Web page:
The fish we caught this trip were in a fairly neutral mood. This means that they are present, curious, but hesitant to hit the lure hard. Often on the depth finder you can get them to follow a bait slowly up and in a flash they are gone. When the fish are in this mood I like to use either the new Rattlin' Flyer, either a rattle or plain Hawger Spoon, or something flashy but less action. The rattles provide enough noise to bring them in, giving you time to work the fish. Tipped with just a minnow head these fish will decide to bite the hook after looking at it for some time. Often this bite is a simple inhale and if one sees a nice red mark overshadowing the lure a gentle 1/4 inch movement of the rod tip will let you know if there is any resistance.........set the hook! Negative fish are another story. Usually it means a live minnow on a plain hook or smaller bait. These fish may simply grab the minnow and pull down the bobber and hold it for minutes before deciding to finish it off. I always like to have a minnow down the hole in case something swims buy. The great news is that at some point if the fish are there, they will turn on and become aggressive. When this happens hang on as it really doesn't matter what you have on the end of your line, walleyes will hit about anything then.

With -25 below both Friday and Saturday nights and highs around zero, I decided that football was in the cards for the rest of the week. The cold weather takes a toll on the equipment as demonstrated by the propane hose which froze to the tank then kindly snapped off. The weather gave me the opportunity to get everything back to working condition for the coming weekend. Maybe a threepeat is in the works.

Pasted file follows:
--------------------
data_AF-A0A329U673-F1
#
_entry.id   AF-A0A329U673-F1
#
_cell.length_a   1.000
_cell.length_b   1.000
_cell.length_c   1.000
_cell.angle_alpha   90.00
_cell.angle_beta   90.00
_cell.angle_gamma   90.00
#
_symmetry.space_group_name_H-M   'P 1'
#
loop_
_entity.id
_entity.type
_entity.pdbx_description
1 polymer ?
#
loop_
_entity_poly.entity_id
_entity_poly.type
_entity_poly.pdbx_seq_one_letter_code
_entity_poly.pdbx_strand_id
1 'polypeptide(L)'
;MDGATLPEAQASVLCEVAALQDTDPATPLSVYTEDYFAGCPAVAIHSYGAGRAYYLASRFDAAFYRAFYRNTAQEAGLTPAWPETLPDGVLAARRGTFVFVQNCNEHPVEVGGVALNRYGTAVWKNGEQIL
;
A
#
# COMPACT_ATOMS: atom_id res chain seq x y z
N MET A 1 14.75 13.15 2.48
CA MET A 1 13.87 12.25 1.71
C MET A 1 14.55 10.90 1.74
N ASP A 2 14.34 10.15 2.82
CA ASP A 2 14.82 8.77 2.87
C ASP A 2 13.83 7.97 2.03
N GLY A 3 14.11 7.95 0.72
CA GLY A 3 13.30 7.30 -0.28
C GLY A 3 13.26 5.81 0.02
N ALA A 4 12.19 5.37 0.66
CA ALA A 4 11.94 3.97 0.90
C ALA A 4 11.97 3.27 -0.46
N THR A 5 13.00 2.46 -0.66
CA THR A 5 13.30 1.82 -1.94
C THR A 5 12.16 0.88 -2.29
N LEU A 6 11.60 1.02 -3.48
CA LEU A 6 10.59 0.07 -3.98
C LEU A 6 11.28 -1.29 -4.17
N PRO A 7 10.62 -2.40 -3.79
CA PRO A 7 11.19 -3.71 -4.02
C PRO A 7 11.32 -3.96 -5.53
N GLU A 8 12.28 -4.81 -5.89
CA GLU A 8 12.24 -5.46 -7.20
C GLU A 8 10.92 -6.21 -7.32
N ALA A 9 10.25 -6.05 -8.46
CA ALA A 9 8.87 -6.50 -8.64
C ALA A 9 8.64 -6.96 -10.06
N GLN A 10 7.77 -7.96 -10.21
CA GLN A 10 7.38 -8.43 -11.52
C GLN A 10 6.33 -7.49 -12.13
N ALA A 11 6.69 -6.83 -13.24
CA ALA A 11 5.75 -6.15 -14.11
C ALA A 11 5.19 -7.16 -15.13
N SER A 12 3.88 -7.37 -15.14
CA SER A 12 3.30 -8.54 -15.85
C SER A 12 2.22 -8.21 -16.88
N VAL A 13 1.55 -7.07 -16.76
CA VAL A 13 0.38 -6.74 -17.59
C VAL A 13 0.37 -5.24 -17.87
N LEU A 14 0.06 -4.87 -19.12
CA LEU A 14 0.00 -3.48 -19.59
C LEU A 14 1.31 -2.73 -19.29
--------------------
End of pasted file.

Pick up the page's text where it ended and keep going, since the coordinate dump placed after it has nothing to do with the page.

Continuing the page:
4 comments:

Anonymous said...

Nice fish again Captain Anderson, I do agree that it is a must to have a screen to see what the fish are doing. I will have to shoot a email to Mr Turkey Tom and insist that he break the bank and buy one. Wish I could be part of the fishing group???

later

pkellin said...

Hello Captain Dave,

I had the privilage to meet you last week, and we talked about fishing and your blog. I had to check it out and now i am hooked on your stories. Sorry to hear of all the loss, hopefully this new year will bring happiness and trophies. Keep up the great stories, and maybe we will see you on Mille Lacs. That is if i can trade away from Winnie.

Take care,
Pat

Dave Anderson said...

Pat,

You are the guy from the U! Nice to see you remembered me. I get to have an angiogram this week and hope that it doesn't interfere with my fishing next week. I was on Mille Lacs overnight and on the way home we heard they killed the walleyes on Winnie this weekend. Come back often and maybe we can get to Mille Lacs this year.

pkellin said...

Hey, you remembered. Hope all goes well with your angiogram, just go tired cause you have to lay flat for 4 hours after. I hope it all turns out and your are fishing by saturday. I also heard they are snapping on Winnie. I am going up in 2 weeks, so hopefully they keep at it. Take care and we will see you quite often for sure on this site. Keep the stories rolling.